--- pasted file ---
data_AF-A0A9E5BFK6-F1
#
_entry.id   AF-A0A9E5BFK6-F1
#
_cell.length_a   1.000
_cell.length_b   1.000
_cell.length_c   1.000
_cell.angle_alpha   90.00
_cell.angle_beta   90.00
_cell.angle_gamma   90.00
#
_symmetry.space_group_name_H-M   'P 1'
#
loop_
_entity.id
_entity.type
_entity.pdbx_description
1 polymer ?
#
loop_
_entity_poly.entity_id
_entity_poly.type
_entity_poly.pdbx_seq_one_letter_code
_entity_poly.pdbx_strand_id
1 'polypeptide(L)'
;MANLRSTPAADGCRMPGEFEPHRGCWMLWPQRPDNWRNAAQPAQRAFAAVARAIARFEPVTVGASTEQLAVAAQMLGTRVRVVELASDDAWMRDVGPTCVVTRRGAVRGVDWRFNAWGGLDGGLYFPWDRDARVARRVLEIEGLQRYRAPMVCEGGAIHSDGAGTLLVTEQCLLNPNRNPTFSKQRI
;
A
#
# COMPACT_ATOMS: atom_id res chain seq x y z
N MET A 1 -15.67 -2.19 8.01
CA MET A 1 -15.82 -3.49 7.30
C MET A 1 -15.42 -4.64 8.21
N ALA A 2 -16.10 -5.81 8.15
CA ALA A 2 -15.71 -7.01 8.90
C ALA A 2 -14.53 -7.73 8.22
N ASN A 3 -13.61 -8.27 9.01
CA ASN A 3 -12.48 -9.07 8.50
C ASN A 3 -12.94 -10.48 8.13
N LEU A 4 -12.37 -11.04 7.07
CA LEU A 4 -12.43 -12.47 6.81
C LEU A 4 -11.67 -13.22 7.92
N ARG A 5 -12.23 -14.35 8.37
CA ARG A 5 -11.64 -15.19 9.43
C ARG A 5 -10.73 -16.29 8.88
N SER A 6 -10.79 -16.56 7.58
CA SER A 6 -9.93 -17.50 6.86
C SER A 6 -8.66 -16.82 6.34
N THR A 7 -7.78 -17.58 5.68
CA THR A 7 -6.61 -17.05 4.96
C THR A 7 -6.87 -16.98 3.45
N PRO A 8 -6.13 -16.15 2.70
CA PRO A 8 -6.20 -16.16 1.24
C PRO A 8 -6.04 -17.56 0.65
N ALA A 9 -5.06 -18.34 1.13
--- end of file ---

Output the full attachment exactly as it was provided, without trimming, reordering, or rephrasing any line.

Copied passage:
data_AF-A0A9E5BFK6-F1
#
_entry.id   AF-A0A9E5BFK6-F1
#
_cell.length_a   1.000
_cell.length_b   1.000
_cell.length_c   1.000
_cell.angle_alpha   90.00
_cell.angle_beta   90.00
_cell.angle_gamma   90.00
#
_symmetry.space_group_name_H-M   'P 1'
#
loop_
_entity.id
_entity.type
_entity.pdbx_description
1 polymer ?
#
loop_
_entity_poly.entity_id
_entity_poly.type
_entity_poly.pdbx_seq_one_letter_code
_entity_poly.pdbx_strand_id
1 'polypeptide(L)'
;MANLRSTPAADGCRMPGEFEPHRGCWMLWPQRPDNWRNAAQPAQRAFAAVARAIARFEPVTVGASTEQLAVAAQMLGTRVRVVELASDDAWMRDVGPTCVVTRRGAVRGVDWRFNAWGGLDGGLYFPWDRDARVARRVLEIEGLQRYRAPMVCEGGAIHSDGAGTLLVTEQCLLNPNRNPTFSKQRI
;
A
#
# COMPACT_ATOMS: atom_id res chain seq x y z
N MET A 1 -15.67 -2.19 8.01
CA MET A 1 -15.82 -3.49 7.30
C MET A 1 -15.42 -4.64 8.21
N ALA A 2 -16.10 -5.81 8.15
CA ALA A 2 -15.71 -7.01 8.90
C ALA A 2 -14.53 -7.73 8.22
N ASN A 3 -13.61 -8.27 9.01
CA ASN A 3 -12.48 -9.07 8.50
C ASN A 3 -12.94 -10.48 8.13
N LEU A 4 -12.37 -11.04 7.07
CA LEU A 4 -12.43 -12.47 6.81
C LEU A 4 -11.67 -13.22 7.92
N ARG A 5 -12.23 -14.35 8.37
CA ARG A 5 -11.64 -15.19 9.43
C ARG A 5 -10.73 -16.29 8.88
N SER A 6 -10.79 -16.56 7.58
CA SER A 6 -9.93 -17.50 6.86
C SER A 6 -8.66 -16.82 6.34
N THR A 7 -7.78 -17.58 5.68
CA THR A 7 -6.61 -17.05 4.96
C THR A 7 -6.87 -16.98 3.45
N PRO A 8 -6.13 -16.15 2.70
CA PRO A 8 -6.20 -16.16 1.24
C PRO A 8 -6.04 -17.56 0.65
N ALA A 9 -5.06 -18.34 1.13